The mysterious, bright flash in space may have actually been rocket debris

Gamma ray shooting.

In 2017, a team of astronomers looking at the oldest and most distant galaxy in the visible universe saw something strange in their data: a flash of strong light, which reported last year it could have been an explosion of gamma rays emanating from a star in an ancient galaxy. But other astronomers weren’t sure, this week either two papers in Nature Astronomy posit alternative explanation.

One of these papers focused on the probability of a flash coming from a gamma ray burst based on the total probabilities detection of gamma ray explosions; another paper identified the remains of a Breeze-M, the upper stage of the Russian Proton rocket, as the most likely source tricky data.

Gamma ray bursts can come from multiple sources that they may look slightly different from each other, but in general, bursts of radiation are transient. They can range from milliseconds to a full minute, but given the vastness of the night sky and how short the bursts are, they are easy to miss unless the telescope is looking in the right place the right time.

An earlier group of astronomers calculated the probability of spotting an alleged gamma-ray burst from early space, in galaxy GN-z11, about one at 10 billion. So, some pretty long chances –long enough for other astronomers to start thinking about alternative torch source options. Sometimes nature flashes – either from one of the fiercest explosive phenomena in known space or a mere reflection of sunlight from a passing satellite – it comes down to probability.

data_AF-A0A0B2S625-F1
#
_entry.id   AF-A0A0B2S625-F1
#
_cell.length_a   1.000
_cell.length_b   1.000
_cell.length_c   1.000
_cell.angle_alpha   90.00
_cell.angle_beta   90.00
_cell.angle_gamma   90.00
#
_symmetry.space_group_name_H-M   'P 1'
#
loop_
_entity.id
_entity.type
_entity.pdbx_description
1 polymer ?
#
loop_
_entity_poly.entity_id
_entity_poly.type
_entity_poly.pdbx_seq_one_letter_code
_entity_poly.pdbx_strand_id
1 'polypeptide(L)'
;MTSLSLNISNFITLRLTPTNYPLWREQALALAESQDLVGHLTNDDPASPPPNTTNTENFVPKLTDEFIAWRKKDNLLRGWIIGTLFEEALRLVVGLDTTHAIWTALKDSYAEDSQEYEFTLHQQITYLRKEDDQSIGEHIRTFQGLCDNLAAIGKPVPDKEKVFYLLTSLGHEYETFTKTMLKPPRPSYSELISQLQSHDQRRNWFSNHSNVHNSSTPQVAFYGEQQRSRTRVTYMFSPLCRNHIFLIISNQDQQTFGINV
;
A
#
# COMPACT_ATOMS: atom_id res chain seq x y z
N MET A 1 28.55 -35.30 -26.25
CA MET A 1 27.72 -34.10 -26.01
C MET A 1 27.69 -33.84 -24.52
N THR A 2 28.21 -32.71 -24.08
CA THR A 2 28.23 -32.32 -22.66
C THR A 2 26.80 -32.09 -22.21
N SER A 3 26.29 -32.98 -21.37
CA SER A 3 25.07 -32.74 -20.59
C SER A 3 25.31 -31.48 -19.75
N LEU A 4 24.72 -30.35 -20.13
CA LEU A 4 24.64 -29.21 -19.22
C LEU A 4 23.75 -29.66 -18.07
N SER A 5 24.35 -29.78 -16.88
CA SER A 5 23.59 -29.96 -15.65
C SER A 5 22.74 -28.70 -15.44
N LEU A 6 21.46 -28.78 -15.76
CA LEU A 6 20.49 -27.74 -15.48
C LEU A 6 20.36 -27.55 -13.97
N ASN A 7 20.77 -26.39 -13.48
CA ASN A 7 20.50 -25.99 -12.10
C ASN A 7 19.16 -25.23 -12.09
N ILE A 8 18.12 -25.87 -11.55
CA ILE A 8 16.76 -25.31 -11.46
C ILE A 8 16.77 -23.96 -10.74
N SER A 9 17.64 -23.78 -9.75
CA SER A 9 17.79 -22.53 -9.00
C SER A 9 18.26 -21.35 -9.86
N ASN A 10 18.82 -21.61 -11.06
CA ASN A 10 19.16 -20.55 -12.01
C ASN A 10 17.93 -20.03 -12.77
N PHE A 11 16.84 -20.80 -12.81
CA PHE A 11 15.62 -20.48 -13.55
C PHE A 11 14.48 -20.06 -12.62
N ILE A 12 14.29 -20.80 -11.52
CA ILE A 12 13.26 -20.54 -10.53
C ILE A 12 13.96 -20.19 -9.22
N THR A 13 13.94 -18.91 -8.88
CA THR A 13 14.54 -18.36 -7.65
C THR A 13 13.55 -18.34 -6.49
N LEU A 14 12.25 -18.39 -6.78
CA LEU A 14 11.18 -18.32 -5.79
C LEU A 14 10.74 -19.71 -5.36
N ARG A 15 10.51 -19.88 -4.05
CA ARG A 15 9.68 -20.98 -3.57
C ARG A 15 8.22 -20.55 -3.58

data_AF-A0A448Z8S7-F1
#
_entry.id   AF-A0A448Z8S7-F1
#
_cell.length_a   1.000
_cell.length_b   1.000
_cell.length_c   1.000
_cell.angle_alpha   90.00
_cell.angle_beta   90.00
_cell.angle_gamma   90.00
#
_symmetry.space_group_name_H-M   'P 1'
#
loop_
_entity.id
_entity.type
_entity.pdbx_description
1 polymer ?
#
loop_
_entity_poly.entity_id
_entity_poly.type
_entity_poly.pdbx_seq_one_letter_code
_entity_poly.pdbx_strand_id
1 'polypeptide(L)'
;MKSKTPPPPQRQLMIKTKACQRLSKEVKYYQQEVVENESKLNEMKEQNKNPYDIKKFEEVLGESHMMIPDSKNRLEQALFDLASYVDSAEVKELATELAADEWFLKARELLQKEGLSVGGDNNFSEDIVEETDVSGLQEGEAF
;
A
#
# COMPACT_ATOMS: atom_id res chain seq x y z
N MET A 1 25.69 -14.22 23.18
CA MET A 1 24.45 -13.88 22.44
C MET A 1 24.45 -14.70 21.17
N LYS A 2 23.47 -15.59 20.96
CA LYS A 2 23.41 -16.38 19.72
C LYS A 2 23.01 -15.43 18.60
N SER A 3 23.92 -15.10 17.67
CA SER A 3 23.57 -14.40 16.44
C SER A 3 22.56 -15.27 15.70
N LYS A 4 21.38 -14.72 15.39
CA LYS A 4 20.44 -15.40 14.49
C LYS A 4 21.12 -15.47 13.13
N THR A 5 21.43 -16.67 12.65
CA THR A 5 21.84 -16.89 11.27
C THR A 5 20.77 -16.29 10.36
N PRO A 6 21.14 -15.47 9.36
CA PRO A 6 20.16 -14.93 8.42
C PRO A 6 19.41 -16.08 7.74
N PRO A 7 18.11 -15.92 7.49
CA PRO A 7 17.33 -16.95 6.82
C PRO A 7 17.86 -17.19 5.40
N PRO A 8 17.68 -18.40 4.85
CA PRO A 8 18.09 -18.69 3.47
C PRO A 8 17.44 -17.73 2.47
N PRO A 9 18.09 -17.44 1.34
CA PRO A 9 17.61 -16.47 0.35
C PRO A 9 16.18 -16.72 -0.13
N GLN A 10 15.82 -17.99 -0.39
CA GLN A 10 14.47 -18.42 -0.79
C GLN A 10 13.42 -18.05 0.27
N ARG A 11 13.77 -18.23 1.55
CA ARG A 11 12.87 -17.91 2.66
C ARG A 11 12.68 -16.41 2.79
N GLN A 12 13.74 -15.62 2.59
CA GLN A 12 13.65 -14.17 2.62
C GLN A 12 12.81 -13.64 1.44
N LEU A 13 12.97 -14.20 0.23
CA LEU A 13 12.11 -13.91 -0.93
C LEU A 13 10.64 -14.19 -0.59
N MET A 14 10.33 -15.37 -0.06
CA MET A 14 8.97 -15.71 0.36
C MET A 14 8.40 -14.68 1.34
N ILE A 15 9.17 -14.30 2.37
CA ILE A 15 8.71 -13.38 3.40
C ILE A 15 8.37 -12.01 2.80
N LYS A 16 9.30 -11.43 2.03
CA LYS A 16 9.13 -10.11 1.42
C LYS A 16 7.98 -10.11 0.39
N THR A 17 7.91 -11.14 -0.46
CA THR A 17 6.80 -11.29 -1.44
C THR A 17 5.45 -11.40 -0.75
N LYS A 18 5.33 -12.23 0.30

According to the astrophysicist Charles Steinhardt, leading author of the paper suggesting that the flash may have been reflected light, the slope of the team’s earlier data looked more like a star than a gammaray burst. And so you start thinking, ‘Whey, is there any way to get something that looks like a star? ‘”Steinhardt told Gizmodo in a video call. “We know that many things look like the sun; basically, anything that reflects sunlight. “Like, for example, a piece of metal floating around the Earth.

The other group soon gave a plausible answer to their question with their own paper too published this week in the journal Nature Astronomy. That paper he identified one piece of space debris – the upper stage of a Russian rocket – as the probable culprit for the rocket.

Breeze-M rocket.

Russian Proton Breeze-M rocket in November 2006
Photography: STR / AFP (Getty Images))

2017 team “They found the most interesting object in the sky, they discovered something really weird and exciting about it, they came up with their best explanation and they published it, because that’s what you do,” said Steinhardt, who is associated with Cosmic Dawn Center at the University of Copenhagen in Denmark. “I wish they were right.”